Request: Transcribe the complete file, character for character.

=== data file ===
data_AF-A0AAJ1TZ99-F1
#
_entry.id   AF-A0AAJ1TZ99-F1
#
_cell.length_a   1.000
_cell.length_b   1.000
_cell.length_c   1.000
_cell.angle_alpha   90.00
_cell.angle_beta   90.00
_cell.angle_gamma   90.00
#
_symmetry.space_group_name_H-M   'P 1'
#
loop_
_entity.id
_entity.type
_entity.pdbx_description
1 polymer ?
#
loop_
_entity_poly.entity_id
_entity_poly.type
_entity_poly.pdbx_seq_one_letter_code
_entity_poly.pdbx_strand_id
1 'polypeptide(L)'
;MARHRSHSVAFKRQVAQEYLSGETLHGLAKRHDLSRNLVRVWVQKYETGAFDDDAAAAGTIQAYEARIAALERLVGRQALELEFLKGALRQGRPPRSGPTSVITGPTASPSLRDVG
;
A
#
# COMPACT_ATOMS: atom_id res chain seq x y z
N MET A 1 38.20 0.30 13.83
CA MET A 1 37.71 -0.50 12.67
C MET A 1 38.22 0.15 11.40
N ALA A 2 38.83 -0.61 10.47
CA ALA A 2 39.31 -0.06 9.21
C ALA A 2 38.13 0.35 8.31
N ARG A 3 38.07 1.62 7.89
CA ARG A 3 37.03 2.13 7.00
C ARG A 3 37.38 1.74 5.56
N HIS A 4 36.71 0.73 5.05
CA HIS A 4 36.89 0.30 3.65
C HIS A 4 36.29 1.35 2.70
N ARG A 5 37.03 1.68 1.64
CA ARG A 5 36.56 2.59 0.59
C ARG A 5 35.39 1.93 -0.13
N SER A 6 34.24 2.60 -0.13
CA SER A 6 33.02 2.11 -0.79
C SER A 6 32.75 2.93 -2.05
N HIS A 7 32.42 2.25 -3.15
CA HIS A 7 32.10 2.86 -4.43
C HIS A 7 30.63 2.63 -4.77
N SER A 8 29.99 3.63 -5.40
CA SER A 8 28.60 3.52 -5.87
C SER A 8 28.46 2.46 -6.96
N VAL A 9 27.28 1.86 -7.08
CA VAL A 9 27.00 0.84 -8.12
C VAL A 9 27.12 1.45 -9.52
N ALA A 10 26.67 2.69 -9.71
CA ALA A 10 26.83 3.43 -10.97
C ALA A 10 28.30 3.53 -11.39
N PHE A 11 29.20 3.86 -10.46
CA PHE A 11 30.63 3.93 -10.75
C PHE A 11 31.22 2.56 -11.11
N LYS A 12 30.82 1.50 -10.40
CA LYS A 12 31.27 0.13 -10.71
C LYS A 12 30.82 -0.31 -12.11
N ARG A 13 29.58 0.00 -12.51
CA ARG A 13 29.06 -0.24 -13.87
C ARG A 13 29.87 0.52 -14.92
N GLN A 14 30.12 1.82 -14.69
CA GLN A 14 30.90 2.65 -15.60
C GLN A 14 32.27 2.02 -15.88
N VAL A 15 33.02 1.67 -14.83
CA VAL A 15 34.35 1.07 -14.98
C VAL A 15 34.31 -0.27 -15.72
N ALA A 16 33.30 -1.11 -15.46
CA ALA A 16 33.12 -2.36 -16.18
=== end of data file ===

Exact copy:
data_AF-A0AAJ1TZ99-F1
#
_entry.id   AF-A0AAJ1TZ99-F1
#
_cell.length_a   1.000
_cell.length_b   1.000
_cell.length_c   1.000
_cell.angle_alpha   90.00
_cell.angle_beta   90.00
_cell.angle_gamma   90.00
#
_symmetry.space_group_name_H-M   'P 1'
#
loop_
_entity.id
_entity.type
_entity.pdbx_description
1 polymer ?
#
loop_
_entity_poly.entity_id
_entity_poly.type
_entity_poly.pdbx_seq_one_letter_code
_entity_poly.pdbx_strand_id
1 'polypeptide(L)'
;MARHRSHSVAFKRQVAQEYLSGETLHGLAKRHDLSRNLVRVWVQKYETGAFDDDAAAAGTIQAYEARIAALERLVGRQALELEFLKGALRQGRPPRSGPTSVITGPTASPSLRDVG
;
A
#
# COMPACT_ATOMS: atom_id res chain seq x y z
N MET A 1 38.20 0.30 13.83
CA MET A 1 37.71 -0.50 12.67
C MET A 1 38.22 0.15 11.40
N ALA A 2 38.83 -0.61 10.47
CA ALA A 2 39.31 -0.06 9.21
C ALA A 2 38.13 0.35 8.31
N ARG A 3 38.07 1.62 7.89
CA ARG A 3 37.03 2.13 7.00
C ARG A 3 37.38 1.74 5.56
N HIS A 4 36.71 0.73 5.05
CA HIS A 4 36.89 0.30 3.65
C HIS A 4 36.29 1.35 2.70
N ARG A 5 37.03 1.68 1.64
CA ARG A 5 36.56 2.59 0.59
C ARG A 5 35.39 1.93 -0.13
N SER A 6 34.24 2.60 -0.13
CA SER A 6 33.02 2.11 -0.79
C SER A 6 32.75 2.93 -2.05
N HIS A 7 32.42 2.25 -3.15
CA HIS A 7 32.10 2.86 -4.43
C HIS A 7 30.63 2.63 -4.77
N SER A 8 29.99 3.63 -5.40
CA SER A 8 28.60 3.52 -5.87
C SER A 8 28.46 2.46 -6.96
N VAL A 9 27.28 1.86 -7.08
CA VAL A 9 27.00 0.84 -8.12
C VAL A 9 27.12 1.45 -9.52
N ALA A 10 26.67 2.69 -9.71
CA ALA A 10 26.83 3.43 -10.97
C ALA A 10 28.30 3.53 -11.39
N PHE A 11 29.20 3.86 -10.46
CA PHE A 11 30.63 3.93 -10.75
C PHE A 11 31.22 2.56 -11.11
N LYS A 12 30.82 1.50 -10.40
CA LYS A 12 31.27 0.13 -10.71
C LYS A 12 30.82 -0.31 -12.11
N ARG A 13 29.58 0.00 -12.51
CA ARG A 13 29.06 -0.24 -13.87
C ARG A 13 29.87 0.52 -14.92
N GLN A 14 30.12 1.82 -14.69
CA GLN A 14 30.90 2.65 -15.60
C GLN A 14 32.27 2.02 -15.88
N VAL A 15 33.02 1.67 -14.83
CA VAL A 15 34.35 1.07 -14.98
C VAL A 15 34.31 -0.27 -15.72
N ALA A 16 33.30 -1.11 -15.46
CA ALA A 16 33.12 -2.36 -16.18